Giving the lease provision then, for present purposes, the effect to which the Commissioner contends that it is entitled on its face, as a constituent element of the reorganization situation, the result simply is to transform the situation into one where it would be capable of being said that the parties had made it an interdependent step in the reorganization plan or transaction that the new corporation should raise $250,000, for treasury or working-capital purposes, through the obtaining of subscriptions for and issuing of that amount of its capital stock.
It will be observed that the obligation to raise these funds and issue stock therefor was not a momentary or immediate one. It was something which the new corporation was not obliged to accomplish until six months after the court's order authorizing the reorganization was made. And no stock interest, either legal or equitable, was thereby established in any one, such as might perhaps be argued to have been intended to have a direct bearing in the minds and relations of the parties on the reality of present control, if the sale had been required to be made to some particular persons, or if an obligation had been assumed, in connection with the reorganization plan, by some particular persons to buy. Thus, there was not anything which could be said to require the conclusion that the Receivers were not, as a matter of law, 'immediately after the transfer * * * in control of the corporation', under the reorganization test imposed by § 112(i)(1)(B) of the Revenue Act of 1932, 26 U.S.C.A.Int.Rev.Acts, p. 513.
As we have said, since the obligation to obtain subscriptions and issue $250,000 additional stock was a general one and one which the new corporation was given six months to perform, we do not think that it is required to be held as a matter of law that such transitoriness or unsubstantiality of control existed as to make the situation on its face one where the Receivers were not 'immediately after the transfer * * * in control of the corporation.' Equally, on an attempted factual appraisal or evaluation of the situation, we do not feel that it soundly can be said that the control thus created in the Receivers was meant or viewed by the parties to be of such transitoriness or unsubstantiality as to make it devoid of actual reality in relation to the corporation.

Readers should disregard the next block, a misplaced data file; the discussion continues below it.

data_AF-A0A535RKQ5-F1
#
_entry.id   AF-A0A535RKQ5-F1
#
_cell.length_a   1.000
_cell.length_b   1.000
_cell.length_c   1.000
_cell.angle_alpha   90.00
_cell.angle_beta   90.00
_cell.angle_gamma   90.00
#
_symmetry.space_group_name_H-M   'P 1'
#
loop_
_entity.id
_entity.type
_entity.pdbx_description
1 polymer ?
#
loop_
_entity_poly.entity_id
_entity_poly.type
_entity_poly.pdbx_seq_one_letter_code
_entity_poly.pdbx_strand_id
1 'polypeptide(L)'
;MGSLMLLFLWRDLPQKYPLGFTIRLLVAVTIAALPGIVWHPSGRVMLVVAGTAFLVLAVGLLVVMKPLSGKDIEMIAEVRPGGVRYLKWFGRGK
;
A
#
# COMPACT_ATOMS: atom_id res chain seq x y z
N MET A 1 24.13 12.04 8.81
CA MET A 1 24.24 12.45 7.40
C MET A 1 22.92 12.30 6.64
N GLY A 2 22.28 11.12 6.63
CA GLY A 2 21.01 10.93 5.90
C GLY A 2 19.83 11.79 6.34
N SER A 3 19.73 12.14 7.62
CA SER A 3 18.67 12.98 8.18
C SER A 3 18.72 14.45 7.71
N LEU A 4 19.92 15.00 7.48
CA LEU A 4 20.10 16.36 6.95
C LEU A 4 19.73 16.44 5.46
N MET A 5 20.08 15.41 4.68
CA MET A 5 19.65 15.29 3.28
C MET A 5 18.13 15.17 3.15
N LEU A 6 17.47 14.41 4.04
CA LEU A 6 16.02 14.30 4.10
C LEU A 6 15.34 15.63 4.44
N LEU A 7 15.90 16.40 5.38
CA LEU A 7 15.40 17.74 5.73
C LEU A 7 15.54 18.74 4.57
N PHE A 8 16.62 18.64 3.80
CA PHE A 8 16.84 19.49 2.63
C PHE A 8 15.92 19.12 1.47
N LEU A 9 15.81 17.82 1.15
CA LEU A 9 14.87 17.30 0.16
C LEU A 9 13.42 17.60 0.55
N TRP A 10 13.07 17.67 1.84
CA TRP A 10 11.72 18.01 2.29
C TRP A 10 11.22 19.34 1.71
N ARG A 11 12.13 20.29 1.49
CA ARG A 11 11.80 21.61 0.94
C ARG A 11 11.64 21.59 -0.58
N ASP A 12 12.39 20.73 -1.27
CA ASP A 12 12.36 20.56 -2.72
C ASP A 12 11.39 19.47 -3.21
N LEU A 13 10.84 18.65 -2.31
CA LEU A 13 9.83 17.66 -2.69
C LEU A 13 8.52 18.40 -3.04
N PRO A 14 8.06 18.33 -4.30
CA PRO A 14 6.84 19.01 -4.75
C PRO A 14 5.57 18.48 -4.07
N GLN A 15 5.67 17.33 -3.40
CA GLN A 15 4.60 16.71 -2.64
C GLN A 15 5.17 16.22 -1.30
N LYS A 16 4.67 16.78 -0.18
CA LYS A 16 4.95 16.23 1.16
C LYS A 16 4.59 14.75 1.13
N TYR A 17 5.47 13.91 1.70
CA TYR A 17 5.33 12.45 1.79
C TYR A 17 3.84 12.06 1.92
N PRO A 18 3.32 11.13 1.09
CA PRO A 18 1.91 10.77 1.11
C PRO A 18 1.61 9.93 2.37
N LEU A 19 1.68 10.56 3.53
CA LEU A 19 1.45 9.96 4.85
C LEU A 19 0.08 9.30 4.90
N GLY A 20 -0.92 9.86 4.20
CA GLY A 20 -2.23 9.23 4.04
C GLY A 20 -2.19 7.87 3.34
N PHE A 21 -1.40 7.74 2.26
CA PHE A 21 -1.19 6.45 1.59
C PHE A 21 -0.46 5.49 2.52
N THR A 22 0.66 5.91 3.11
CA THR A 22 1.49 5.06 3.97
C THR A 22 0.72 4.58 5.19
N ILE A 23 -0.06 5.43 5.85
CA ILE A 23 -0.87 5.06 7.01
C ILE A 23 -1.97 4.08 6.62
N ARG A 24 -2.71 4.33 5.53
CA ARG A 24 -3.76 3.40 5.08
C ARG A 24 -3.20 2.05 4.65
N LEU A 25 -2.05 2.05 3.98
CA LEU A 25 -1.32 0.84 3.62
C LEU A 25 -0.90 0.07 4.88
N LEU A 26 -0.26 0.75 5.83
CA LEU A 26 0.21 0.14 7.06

The 300,000 shares of stock issued to the Receivers constituted the entire original issue of capital stock on the part of the new corporation. And, as pointed out in our opinion, 220 F.2d at page 417, the Receivers were given a veto power, for a period of five years, over any increases in officers' salaries-- a fact which certainly tended to indicate that their ownership of stock and their relationship to the corporation were meant to be, not illusory, but real. Again, the provision which the court made in its order for a right in the Receivers to request action from the court, in case of any default on the part of the new corporation, would also seem to suggest that the situation was designedly being left where there would exist, not transiently but for some time, a whiphand over the corporation in relation to the Receivers' stockownership. It further may be noted that, while the new corporation was of course left free to sell more than 250,000 shares of additional stock, its obligation under the reorganization plan or transaction was limited to 250,000 shares only, which, insofar as the obligation and its consequence could be claimed to constitute an interdependent step in the reorganization situation, would not deprive the Receivers, with their 300,000 shares, of voting control of the corporation.
We see nothing in the lease provision urged that leads us to doubt in any way the propriety and soundness of our original conclusion that there was no such transitoriness or lack of substantiality in the control which came into the Receivers' hands, as to require it, as a matter of legal or factual reality, to be held that the Receivers were not, within the meaning of the statute, 'immediately after the transfer * * * in control of the corporation.'
The petition for rehearing is accordingly denied.